How to Litter Train Your Rat

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Things You'll Need

  • Tray

  • Litter

  • Rat droppings

  • Soiled bedding


Some rats cannot be trained to use the litter tray. This can be due to bad experiences with owners who were too harsh when training the rat. Another reason is that the rat simply doesn't take well to training, without explanation. Regardless, it's important to keep in mind that your rat may or may not take to litter training and that it should not alter your love and affection for your pet.

Rats are very smart and inquisitive animals, making it easy to train them to do tricks.

Rats are very intelligent animals and can be taught to do a varied amount of tricks; litter training being the most productive and advantageous for the pet's owner. This trick will save time when it comes to cleaning the cage because it will not have to be done as often. It additionally saves money because soiled bedding will not need to be replaced as often either.


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Step 1

Find a plastic tub or bowl that can serve as the rat's litter tray. Pet stores and pet supply websites now sell litter trays designed for small rodents. Save money by using a shallow plastic food storage container or an old bowl which will serve the same purpose.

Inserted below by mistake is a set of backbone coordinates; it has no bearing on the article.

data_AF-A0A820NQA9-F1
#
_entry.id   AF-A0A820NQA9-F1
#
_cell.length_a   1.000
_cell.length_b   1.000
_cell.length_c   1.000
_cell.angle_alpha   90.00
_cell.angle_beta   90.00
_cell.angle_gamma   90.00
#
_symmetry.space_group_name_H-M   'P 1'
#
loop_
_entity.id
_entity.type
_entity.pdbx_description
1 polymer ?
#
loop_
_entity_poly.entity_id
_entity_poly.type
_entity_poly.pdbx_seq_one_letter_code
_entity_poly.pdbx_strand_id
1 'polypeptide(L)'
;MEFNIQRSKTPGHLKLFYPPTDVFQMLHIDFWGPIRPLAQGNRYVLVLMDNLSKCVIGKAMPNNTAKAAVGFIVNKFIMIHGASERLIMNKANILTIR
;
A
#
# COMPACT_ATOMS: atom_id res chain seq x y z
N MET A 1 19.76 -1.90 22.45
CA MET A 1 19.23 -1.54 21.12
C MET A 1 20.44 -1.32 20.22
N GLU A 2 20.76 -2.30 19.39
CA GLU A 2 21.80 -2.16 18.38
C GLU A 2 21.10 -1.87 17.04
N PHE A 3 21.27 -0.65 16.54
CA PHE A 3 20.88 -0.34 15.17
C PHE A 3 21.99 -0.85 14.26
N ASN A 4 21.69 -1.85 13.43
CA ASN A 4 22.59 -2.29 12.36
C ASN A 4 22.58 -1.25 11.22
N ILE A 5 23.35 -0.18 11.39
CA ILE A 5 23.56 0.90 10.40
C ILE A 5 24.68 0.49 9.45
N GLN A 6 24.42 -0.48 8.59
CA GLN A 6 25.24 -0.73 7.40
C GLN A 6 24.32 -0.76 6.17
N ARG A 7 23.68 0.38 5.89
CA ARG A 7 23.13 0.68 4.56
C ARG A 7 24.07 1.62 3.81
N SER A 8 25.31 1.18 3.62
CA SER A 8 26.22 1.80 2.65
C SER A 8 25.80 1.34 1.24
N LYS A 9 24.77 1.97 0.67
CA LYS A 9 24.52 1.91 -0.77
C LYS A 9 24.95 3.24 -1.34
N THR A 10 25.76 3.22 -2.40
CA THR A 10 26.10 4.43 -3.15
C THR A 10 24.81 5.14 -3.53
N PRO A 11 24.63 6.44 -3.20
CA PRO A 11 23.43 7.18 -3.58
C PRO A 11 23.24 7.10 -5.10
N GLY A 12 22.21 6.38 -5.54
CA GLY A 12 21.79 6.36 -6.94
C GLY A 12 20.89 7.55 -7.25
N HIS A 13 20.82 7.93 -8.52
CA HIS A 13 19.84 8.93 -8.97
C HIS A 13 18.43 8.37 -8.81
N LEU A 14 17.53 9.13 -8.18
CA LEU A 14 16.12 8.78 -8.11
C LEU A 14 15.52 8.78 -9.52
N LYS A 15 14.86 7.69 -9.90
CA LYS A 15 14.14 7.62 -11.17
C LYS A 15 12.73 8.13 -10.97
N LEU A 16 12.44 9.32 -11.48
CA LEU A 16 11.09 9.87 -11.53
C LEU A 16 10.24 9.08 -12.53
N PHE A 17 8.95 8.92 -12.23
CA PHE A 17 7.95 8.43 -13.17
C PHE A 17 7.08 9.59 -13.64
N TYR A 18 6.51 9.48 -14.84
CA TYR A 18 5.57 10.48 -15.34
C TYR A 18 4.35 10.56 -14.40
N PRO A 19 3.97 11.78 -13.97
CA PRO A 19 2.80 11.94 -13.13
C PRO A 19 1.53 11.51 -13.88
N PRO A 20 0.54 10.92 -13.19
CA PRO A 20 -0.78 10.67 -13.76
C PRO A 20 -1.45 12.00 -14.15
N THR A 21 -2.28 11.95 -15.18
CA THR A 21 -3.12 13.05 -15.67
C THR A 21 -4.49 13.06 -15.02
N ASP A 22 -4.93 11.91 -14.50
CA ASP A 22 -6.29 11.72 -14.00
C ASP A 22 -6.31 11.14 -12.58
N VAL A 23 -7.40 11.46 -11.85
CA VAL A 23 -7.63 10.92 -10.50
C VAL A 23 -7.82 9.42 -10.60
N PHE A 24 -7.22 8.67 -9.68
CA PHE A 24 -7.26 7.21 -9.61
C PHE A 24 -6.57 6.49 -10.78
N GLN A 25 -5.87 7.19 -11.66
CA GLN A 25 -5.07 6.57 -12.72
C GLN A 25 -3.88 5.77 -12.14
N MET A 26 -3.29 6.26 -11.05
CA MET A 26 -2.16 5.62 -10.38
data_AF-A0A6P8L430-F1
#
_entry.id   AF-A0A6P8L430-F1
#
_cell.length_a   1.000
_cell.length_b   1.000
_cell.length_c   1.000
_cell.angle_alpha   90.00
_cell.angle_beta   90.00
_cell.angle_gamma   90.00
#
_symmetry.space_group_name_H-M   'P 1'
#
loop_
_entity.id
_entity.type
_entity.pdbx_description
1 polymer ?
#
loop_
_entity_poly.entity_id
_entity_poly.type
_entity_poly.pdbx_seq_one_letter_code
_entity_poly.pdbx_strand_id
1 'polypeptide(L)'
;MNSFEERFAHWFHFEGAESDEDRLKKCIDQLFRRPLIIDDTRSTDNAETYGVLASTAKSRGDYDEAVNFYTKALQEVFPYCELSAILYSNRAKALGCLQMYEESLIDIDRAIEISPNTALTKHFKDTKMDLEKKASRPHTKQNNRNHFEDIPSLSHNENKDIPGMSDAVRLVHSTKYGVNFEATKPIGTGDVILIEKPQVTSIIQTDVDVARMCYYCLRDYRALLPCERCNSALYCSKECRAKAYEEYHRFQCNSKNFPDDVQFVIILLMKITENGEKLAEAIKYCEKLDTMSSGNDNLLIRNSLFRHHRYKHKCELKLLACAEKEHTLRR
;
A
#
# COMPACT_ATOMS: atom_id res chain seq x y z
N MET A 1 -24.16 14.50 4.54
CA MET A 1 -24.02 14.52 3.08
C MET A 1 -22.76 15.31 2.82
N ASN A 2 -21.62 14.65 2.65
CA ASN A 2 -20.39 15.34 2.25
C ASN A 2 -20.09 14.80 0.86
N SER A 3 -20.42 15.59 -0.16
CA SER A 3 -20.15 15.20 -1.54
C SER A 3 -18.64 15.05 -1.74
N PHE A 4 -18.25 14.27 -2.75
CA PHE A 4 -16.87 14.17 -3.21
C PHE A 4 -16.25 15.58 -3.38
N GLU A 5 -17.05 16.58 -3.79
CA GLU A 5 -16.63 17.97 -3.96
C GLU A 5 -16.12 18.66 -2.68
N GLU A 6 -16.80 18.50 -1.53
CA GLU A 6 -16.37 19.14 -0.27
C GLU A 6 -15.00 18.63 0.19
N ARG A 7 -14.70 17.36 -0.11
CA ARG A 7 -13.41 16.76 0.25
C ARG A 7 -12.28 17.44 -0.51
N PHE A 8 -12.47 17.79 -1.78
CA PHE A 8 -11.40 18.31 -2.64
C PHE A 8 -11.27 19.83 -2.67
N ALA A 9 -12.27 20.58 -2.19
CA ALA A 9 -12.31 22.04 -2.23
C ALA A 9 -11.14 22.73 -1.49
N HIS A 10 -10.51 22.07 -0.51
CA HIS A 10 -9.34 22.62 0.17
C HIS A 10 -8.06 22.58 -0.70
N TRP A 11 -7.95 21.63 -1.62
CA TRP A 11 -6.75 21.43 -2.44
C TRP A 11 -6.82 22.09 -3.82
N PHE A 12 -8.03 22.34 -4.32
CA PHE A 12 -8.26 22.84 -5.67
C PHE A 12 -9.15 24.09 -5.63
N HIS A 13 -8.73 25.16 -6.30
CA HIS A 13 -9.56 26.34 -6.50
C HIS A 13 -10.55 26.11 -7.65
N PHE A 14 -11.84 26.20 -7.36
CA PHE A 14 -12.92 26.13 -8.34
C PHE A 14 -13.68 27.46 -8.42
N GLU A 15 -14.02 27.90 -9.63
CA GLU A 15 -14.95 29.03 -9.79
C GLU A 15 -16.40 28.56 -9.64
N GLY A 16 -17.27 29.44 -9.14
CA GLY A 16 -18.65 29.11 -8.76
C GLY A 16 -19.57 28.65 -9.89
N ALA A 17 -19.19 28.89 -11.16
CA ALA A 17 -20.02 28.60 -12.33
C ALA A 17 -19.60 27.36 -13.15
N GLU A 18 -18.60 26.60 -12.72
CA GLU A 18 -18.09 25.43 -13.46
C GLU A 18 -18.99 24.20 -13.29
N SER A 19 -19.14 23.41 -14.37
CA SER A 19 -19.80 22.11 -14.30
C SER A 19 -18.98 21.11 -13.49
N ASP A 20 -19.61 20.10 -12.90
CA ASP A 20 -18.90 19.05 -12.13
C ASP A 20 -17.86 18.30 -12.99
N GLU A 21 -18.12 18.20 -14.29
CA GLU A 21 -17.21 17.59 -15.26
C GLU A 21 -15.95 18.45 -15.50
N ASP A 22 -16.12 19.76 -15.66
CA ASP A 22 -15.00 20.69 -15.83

Step 2

Fill the new litter tray with litter, rat droppings and some soiled bedding. The rat droppings will help the rat understand that this is where it should relieve itself. Local pet store personnel can suggest the best type of litter for the job.


Step 3

Place the tray in the corner of the cage where the rat tends to relieve itself. Most rats are very clean and like to use only one spot in order to keep the rest of the cage clean and soil-free. This makes it very easy to litter train the rat, as it is already a naturally clean and tidy animal.


Step 4

Clean the cage the same day the litter tray is installed in the rat's cage. This will get rid of all previous waste from the rat and help it understand that only the corner with the litter tray should be used to relieve itself.

Step 5

Place the rat in the designated litter tray to let it know that it is there. This is especially important if the rat has a very large cage or a cage with multiple levels. The rat needs to be shown the location of the litter tray; quite possibly numerous times, especially if the rat does not immediately take to using the litter tray.


Step 6

Check the rat every few hours the first day to see if it has used the litter tray. If you find droppings outside of the litter tray, simply place the rat and its droppings inside the tray and say, "No!" If you do see that the rat is using the litter tray, praise your pet with love, kisses and its favorite treat.